On the Morality of Watching Concussions: Or, My Personal Battle Over (American) Football
Last fall, Scott invited me to post here at Kulturblog on sports. After promptly forgetting and/or procrastinating for several months, I decided to finally write something. Unfortunately, I don’t think my first post here will be that popular a message with sports fans.
One hundred and twelve million people tuned in to the Super Bowl last week, and I admit I was one of them. (Well, at least the first half of the game; halftime came a little after 1AM here, so I went to bed instead of staying up to watch Madonna and the Giants come out as victors.) I admittedly enjoyed the game, though not as much as I enjoyed watching the BBC commentators try to explain American football to a British audience. (Especially when they attempted to explain the “safety” rule when Tom Brady was sacked in the end zone–that was comedy gold.) But I’ve felt guilty for the rest of the week over watching the game, and I still feel bad for tuning in. Why? Because I’ve been somewhat outspoken in my critique of football as a destructive sport that thrives on legions of fans watching top-notch athletes beat each others’ brains out to a point that many will likely die an early death, or at least suffer serious repercussions for much of the rest of their life. I have increasingly grown more strident in my belief that there is something seriously and morally wrong with American culture’s obsession with football, and yet I still gave in and watched the crowning moment of the sport in question. I have sincerely felt troubled with this hypocritical slip, and one of my cousins even called me out on it on facebook.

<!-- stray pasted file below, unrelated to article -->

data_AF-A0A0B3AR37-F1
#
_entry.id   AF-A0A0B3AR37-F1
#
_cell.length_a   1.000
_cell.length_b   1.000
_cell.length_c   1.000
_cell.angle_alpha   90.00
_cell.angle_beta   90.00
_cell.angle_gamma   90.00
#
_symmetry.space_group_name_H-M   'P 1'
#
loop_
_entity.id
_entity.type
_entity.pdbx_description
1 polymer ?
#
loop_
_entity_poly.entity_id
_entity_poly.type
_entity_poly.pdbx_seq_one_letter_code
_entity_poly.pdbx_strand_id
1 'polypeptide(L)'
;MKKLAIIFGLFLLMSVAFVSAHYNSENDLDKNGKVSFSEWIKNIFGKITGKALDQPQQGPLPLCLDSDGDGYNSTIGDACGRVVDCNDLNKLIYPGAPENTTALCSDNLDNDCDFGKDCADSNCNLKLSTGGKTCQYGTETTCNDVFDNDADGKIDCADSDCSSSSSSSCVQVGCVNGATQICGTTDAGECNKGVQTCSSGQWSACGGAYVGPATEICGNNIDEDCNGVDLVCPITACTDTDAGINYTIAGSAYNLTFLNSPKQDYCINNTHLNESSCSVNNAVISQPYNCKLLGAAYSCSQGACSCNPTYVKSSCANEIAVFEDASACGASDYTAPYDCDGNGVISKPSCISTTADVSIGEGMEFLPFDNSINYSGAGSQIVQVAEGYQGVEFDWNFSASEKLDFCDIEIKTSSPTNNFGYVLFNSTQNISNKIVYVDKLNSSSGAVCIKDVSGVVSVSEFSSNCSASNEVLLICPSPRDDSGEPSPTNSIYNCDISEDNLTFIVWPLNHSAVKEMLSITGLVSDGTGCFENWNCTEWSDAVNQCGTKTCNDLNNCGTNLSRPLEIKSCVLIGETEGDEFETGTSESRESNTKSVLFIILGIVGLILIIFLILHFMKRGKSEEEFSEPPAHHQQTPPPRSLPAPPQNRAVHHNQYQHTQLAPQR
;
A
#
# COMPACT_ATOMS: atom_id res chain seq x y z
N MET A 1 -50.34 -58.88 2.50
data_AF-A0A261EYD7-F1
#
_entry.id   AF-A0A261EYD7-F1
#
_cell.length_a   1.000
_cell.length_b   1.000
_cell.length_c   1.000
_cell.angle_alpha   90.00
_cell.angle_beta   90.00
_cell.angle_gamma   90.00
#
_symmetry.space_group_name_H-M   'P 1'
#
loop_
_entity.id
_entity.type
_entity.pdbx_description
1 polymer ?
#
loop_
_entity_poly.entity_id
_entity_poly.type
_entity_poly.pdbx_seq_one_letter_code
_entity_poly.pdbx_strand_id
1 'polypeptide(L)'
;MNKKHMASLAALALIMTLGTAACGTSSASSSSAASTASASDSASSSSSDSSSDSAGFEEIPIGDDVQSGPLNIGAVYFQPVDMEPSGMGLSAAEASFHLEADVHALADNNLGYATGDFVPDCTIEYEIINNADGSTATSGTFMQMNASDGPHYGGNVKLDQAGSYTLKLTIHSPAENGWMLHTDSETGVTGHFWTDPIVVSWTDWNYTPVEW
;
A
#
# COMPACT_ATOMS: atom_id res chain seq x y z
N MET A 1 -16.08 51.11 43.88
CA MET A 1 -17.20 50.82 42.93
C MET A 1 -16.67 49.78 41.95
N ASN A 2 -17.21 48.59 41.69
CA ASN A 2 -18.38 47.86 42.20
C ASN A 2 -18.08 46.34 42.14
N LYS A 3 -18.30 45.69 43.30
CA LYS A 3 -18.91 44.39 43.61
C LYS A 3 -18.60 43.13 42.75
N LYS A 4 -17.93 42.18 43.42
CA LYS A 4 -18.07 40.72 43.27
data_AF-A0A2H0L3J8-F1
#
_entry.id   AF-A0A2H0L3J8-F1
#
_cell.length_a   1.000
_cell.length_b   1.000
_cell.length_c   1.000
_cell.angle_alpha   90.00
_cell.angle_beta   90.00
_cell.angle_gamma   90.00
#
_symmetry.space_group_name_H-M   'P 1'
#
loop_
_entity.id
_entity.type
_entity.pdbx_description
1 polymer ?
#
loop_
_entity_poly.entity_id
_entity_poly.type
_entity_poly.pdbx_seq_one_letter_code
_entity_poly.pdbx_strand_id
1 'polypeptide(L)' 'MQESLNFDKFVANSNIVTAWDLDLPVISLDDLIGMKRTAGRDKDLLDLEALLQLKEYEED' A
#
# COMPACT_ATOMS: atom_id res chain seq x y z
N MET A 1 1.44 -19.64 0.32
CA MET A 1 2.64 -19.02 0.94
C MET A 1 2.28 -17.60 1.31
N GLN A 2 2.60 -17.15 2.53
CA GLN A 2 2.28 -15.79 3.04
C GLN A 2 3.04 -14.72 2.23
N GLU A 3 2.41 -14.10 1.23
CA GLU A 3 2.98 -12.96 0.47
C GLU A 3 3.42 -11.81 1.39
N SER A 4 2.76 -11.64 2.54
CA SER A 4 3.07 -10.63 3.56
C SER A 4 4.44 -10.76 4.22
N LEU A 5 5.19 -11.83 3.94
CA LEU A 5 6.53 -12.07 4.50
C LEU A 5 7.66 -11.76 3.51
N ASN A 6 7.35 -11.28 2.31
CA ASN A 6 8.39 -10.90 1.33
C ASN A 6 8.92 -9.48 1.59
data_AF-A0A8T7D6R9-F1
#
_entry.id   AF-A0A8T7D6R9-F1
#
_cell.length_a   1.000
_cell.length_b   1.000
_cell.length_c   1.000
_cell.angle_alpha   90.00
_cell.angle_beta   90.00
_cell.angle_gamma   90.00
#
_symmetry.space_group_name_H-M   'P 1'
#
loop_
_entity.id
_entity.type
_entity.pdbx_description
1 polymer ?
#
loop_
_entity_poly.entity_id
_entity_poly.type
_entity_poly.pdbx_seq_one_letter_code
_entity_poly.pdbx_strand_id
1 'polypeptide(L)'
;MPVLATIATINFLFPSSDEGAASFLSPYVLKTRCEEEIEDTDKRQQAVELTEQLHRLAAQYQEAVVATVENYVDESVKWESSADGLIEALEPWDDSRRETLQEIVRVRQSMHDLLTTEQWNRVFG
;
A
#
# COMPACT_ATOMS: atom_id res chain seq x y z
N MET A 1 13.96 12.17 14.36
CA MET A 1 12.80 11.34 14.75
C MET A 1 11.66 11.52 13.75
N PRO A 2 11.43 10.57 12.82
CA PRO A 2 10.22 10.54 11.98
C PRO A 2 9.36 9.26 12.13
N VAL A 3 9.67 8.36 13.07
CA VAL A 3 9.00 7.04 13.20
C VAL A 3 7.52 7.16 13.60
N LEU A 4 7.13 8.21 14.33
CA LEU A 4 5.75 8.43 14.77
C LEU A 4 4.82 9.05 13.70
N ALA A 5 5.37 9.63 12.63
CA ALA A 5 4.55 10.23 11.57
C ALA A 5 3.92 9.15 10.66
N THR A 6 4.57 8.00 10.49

The last decade has witnessed a tremendous rise in frightening research results concerning the impact of American football (and sports in general) on the human body. More and more attention has been given to the dangers of concussions. The Center for Disease Control and Prevention has estimated that close to two million student athletes suffered a brain injury every year. Neurologists have demonstrated that those who suffer multiple concussions risk severe cases of memory loss, a decrease in performance at school, cognitive impairment, and frequent migraines. Even more troubling, research has shown that it doesn’t require a diagnosable concussion to cause serious problems; numerous minor hits that happen play after play after play (the nature of football) can have just as scary results as one or two major hits. To put it simply, the more conclusions that have come out, the darker the picture is. (See a great overview here.)
The most disturbing research concerning the NFL has been in diagnosing chronic traumatic encephalopathy (CTE). Possessing symptoms similar to Alzheimer’s, CTE is the result of the brain crashing into the skull too many times. While research is still young, early results have been spectacularly scary. Middle-aged NFL vets have been tested to be twenty times more likely to display symptoms. Twenty. Times. But official diagnosis can only be achieved through autopsies, so until more NFL vets donate their post-mortem brains to research, we can’t know the exact number for sure. (Fortunately, there have been growing numbers who have signed over their bodies for autopsies after they die, but that still requires waiting for them to, well, die. In one tragic case, an ex-NFL player who was plagued with early-onset dementia, amongst other medical issues, was so fed up with his symptoms and beset with depression that he gave in and shot himself in the heart so that his brain could still be examined.) The medical unit at Boston University that has been specializing in this research have only collected fifteen brains thus far–and guess what? Fourteen of them had CTE. This is serious stuff. (See this excellent summary of CTE, as well as other issues, and how it is likely just as prevalent at high school levels as at the professional level.)